Downtown Los Angeles Leads Nation in Gentrification

Downtown Los Angeles has become the fastest gentrifying zip code in the country. In recent years, gentrification has become synonymous with “hipster invasion” – an increase in housing prices and the addition of trendy storefronts, cafes, galleries and pop-up bars. According to a survey by RENTCafe, downtown LA’s 90014 took the top spot in the 20 fastest gentrifying zip codes in the country.

According to a recent article in The Real Deal (Gentrification Nation: Downtown LA is Fastest Gentrifying Area in the US, Report Says), using data from increases in median home values, median household incomes and population holding at least a bachelor’s degree, the report ranked the zip codes from 2000 census and the 2016 American Community Survey. Of the 11,000 zip codes examined, downtown Los Angeles easily reigned at number one.

From 2000 to 2016 median home values in 90014 rose 700%. This area also includes part of the Financial District and a cross-section of income levels. This huge rise in home values along with an increase in income and education levels led to this top spot.

Washington D.C.’s 20001 zip code came in second. There was a 200% rise in home values. Houston’s 77003 followed in third place just ahead of Philadelphia’s 19123 which came in fourth.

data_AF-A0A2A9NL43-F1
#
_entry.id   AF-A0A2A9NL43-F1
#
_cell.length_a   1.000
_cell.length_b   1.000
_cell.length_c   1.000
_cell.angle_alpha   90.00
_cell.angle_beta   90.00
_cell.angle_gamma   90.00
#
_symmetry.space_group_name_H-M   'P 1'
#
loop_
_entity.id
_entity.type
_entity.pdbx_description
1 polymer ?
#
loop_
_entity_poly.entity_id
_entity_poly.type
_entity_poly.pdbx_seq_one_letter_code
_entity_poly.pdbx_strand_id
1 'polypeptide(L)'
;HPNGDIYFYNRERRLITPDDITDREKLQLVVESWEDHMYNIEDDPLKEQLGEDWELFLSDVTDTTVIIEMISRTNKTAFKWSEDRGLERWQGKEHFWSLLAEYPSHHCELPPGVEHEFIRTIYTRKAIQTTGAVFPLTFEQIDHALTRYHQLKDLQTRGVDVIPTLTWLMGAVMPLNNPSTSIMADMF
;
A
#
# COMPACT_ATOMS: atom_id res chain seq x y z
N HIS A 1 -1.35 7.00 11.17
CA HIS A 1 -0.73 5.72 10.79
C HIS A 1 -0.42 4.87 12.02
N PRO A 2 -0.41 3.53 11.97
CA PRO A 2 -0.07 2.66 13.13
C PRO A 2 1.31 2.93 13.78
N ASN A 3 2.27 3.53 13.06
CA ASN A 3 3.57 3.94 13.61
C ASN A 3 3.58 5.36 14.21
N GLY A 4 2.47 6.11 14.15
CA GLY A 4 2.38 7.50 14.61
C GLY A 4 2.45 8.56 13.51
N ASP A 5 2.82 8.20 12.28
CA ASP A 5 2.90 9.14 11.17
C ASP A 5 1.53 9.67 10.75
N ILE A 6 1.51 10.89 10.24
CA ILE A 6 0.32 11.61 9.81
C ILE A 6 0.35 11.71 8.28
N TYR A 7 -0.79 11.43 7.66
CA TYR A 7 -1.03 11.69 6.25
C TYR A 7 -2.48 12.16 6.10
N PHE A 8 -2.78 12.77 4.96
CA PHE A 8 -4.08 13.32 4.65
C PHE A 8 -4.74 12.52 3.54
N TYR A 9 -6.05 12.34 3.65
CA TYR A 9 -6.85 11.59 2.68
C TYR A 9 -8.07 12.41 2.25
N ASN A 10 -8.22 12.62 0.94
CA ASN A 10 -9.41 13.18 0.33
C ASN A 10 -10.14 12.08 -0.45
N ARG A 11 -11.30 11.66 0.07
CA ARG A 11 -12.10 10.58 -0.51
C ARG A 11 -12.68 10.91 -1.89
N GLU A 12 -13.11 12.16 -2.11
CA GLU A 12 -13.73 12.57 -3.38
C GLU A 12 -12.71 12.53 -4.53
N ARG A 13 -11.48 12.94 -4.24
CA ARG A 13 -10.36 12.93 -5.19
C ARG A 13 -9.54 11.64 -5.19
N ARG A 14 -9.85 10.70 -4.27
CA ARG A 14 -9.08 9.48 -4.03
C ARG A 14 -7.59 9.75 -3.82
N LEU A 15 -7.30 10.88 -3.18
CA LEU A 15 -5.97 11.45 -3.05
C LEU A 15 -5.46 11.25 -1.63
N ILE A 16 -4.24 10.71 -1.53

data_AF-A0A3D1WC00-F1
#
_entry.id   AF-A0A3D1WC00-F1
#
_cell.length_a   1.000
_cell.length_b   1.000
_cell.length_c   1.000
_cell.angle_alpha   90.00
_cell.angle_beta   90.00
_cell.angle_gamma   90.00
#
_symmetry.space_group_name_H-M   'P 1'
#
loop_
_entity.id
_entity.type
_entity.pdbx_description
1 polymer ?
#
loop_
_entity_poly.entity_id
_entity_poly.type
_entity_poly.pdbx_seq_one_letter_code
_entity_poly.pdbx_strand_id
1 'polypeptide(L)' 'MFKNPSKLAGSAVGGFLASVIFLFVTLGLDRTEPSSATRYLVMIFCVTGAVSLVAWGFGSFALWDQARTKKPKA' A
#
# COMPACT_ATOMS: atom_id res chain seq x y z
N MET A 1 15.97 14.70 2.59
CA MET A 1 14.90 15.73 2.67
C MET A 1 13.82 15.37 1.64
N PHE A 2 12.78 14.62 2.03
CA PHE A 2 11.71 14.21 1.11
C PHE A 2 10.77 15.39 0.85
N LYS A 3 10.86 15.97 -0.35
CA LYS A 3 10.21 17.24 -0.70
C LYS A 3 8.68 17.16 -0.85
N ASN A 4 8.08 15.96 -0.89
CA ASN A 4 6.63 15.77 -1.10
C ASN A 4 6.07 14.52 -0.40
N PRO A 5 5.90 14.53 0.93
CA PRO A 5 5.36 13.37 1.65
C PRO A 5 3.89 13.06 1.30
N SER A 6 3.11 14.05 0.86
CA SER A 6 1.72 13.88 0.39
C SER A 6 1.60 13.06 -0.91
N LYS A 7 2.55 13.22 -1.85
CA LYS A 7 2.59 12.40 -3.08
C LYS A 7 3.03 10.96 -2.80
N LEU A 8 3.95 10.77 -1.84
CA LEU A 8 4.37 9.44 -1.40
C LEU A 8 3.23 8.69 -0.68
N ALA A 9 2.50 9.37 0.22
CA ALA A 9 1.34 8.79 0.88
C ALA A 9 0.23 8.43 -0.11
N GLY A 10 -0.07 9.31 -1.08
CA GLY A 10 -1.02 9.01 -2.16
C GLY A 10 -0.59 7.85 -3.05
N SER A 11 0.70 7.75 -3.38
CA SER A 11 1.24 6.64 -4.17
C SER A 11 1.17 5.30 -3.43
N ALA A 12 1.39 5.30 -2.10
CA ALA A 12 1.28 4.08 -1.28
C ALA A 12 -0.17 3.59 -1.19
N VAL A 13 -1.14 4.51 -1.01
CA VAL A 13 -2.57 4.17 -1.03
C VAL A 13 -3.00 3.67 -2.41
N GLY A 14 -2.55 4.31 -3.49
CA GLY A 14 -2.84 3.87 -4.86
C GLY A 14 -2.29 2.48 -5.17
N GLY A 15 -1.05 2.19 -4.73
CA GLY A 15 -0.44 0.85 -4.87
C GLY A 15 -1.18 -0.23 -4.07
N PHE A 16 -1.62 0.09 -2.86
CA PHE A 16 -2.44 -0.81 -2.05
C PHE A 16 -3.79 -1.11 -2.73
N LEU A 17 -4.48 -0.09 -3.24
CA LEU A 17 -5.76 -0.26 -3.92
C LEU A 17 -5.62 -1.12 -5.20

Fifth place is held by New York’s 10039, which is located on the far east side of Manhattan. This area had a 356% increase in home values during that period, yet household incomes grew just 32%.

Among the top 20 in the survey was the 90013 zip code. That area, which encompasses Downtown Los Angeles’ poorest part of the city saw an increase in home values of 133%. New York also had another zip code which saw a dramatic increase in the number of new apartments, high-end restaurants and food markets. West Harlem, zip code 10026, came in at a surprising 15th place. Five other New York zip codes, all in Brooklyn, were in the top 20.

In Downtown L.A. one can see gentrification in the luxury condos, such as the Ritz Carlton Residences and the Metropolis. One broker, Maranda Blanton, noticed gentrification as being most apparent in the new stores opening up in the area, especially Whole Foods and fine cuisine restaurants. “It’s the hub of all art, dining and fashion,” she noted. Her firm is selling condos at the Metropolis, as well as a $100,000 per month penthouse at Onni Group’s Furnished Living.

Despite 90014 being a tough sell in the beginning, broker Yvonne Arias Neustadter said, “gradually I’ve seen the demand increasing, and it’s become the cooler, hip place to be.”

While it can paint a lovely picture on emerging markets, underneath is a not so pretty truth. Gentrification is not always welcome for many in the community as it can lead to a displacement of longstanding residents. Rising home values can only widen the income gap, and income growth, while significant, has not been sufficient to support living in these locations. The majority of the residents still live under the poverty line.

The growing displacement of so many residents has led to the formation of activist groups. Strategic Actions for a Just Economy, for example, led the fight in South Los Angeles against a huge, $1.2 billion planned mixed-use development.

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